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Gynaecological Cancer Awareness Month: I put 20 people to test with my gynae quiz!

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Posted: 24 September 2017
Gynaecological Cancer Awareness Month: I put 20 people to test with my gynae quiz!
New research by The Eve Appeal found that 50% of men couldn’t identify a vagina on a diagram. Perhaps even more damagingly the study of 1000 men found that only half would feel comfortable discussing gynaecological health with their partner. This research highlights just how little gynaecological health is understood, discussed, and how gynaecological health is still a taboo subject.

September is gynaecological cancer awareness month and it’s important we all start getting to know our bodies, talking more openly about women’s health and familiarising ourselves with the symptoms of gynae cancer. That’s ALL of us, male and female. Gynaecological cancers affect us all, everyone who gets diagnosed with a gynae cancer is someone’s mother, sister, friend or partner and it’s important that we are all able to spot the signs and talk openly about symptoms to get people to the doctor and diagnosed fast.

17% of men said they didn’t feel they needed to know about gynaecological health as it is just a women’s issue, but lets be frank… if you’re a straight man, then it’s very likely to be you that finds a lump in your partners vagina!

This got me thinking, just how much do my friends know about gynae health, and is it just the guys that lack this knowledge? I put them to the test.

In the name of science (not very tight science, but science none the less) I asked 10 female and 10 male friends 9 questions about women’s health and gynaecological cancer and the results were astounding! Most of interviewees knew very little about gynae health, and I was surprised to find out the girls knew as little as the boys, with the average score for both being 4 out of 10. Out of a possible 100 marks between them the girls had an overall score of 44, only marginally better than the boys at 35. What is most worrying is that not a single person could name the 5 gynaecological cancers, so how an earth could they ever spot the symptoms if faced with a gynae cancer themselves?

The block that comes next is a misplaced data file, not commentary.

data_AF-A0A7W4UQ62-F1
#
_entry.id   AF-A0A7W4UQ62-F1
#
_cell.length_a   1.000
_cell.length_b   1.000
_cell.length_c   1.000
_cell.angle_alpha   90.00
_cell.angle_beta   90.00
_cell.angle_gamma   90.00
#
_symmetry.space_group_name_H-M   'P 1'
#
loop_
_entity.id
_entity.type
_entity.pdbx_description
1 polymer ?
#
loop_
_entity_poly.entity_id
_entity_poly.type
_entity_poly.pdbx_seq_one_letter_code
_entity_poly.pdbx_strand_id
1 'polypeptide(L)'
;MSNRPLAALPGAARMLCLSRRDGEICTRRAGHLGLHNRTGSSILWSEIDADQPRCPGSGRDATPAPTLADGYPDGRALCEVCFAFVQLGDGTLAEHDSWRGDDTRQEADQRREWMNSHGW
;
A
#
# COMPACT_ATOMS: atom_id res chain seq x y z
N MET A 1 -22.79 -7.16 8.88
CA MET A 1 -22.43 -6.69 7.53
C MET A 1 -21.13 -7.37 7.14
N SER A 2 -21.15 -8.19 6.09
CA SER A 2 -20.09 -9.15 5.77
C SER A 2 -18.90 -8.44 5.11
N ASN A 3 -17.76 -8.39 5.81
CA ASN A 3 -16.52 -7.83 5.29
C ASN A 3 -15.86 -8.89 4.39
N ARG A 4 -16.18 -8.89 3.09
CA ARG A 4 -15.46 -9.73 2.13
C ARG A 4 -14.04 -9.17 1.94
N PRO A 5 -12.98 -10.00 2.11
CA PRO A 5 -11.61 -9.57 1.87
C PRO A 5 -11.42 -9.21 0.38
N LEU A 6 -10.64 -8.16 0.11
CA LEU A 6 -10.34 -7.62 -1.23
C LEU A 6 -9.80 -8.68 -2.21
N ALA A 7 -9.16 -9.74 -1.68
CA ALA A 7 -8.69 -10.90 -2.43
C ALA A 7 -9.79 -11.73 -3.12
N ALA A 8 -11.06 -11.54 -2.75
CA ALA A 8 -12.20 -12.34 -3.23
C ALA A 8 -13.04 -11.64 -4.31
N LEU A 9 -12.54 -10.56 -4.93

1. Question: What is a period and why does it happen?
Scores: Girls: 7- Boys: 7

The majority of the lost marks in this question were due to people mistaking a period for ovulation. 3 of the participants talked about an egg getting released each month but failed to talk about the lining of the womb falling away and a 3-7 day phase of bleeding. It’s surprising that 3 out of the 10 women didn’t get the mark, with 2 not mentioning bleeding at all, a fairly unforgettable part of a period if you’ve had one! 4 people described the full monthly menstrual cycle and didn’t isolate the period itself. If women aren’t aware of what a period is or what is normal for their body, then surely they will not be able to identify when there are abnormalities with their period, a key indicator of endometrial, ovarian, cervical, and vaginal cancers.

Answer: A period is when the lining of the womb, the endometrium, falls away and is excreted through the vagina. This is caused by a reduction in oestrogen as part of a women’s monthly menstrual cycle. It lasts between 2-7 (average of 5) days. This allows the womb to grow a fresh endometrial lining each month to be in the best shape for receiving a fertilised egg and developing an embryo.

2. Question: What does PMS stand for and what are the signs and symptoms?
Scores: Girls: 3 - Boys: 2

Awareness of PMS was very low among the men and women, I was surprised to see many of the female interviewees not able to guess the symptoms correctly (I was giving anyone a mark for 3+ correct symptoms). Male interviewee 2 even guessed: ‘Not a clue, I can’t know the signs and symptoms as I don’t know what it is, but I’m going to say weeing yourself’. All of the 20 individuals knew PMS was related to your period, with 18 saying it’s a side effect some women suffer from due to hormone fluctuations around their period. 7 interviewees (5 boys and 2 girls) were confused to whether it was pre or post, which is an easy confusion, so I’ll let them off with that one. Male number 7 thought PMS was post traumatic stress disorder, that there were possibly two meanings of PTSD, one being caused by your hormones during your period.

Answer: PMS stands for premenstrual stress. The signs and symptoms are: Acne, swollen or tender breasts, feeling tired, trouble sleeping, upset stomach, bloating, constipation, or diarrhoea, headache or backache, appetite changes or food cravings, joint or muscle pain, trouble with concentration or memory, tension, irritability, mood swings, or crying spells, anxiety or depression.

3. Question: How many gynaecological cancers are there and can you name them?
Scores: Girls: 0 - Boys: 0

NO ONE could name the gynae cancers which is hugely worrying. If you aren’t aware a cancer exists, then it is unlikely you will recognise the symptoms. Early identification and diagnosis is crucial and can make the difference between life and death for women with gynae cancers. All of the participants were aware of ovarian or cervical cancer, with the majority being aware of both. It seems that on the whole as a country, through government health initiatives like smear testing, and through the media we have done well at increasing awareness in these areas. Only 2 participants said vaginal cancer and no one at all included vulval cancer in their answer.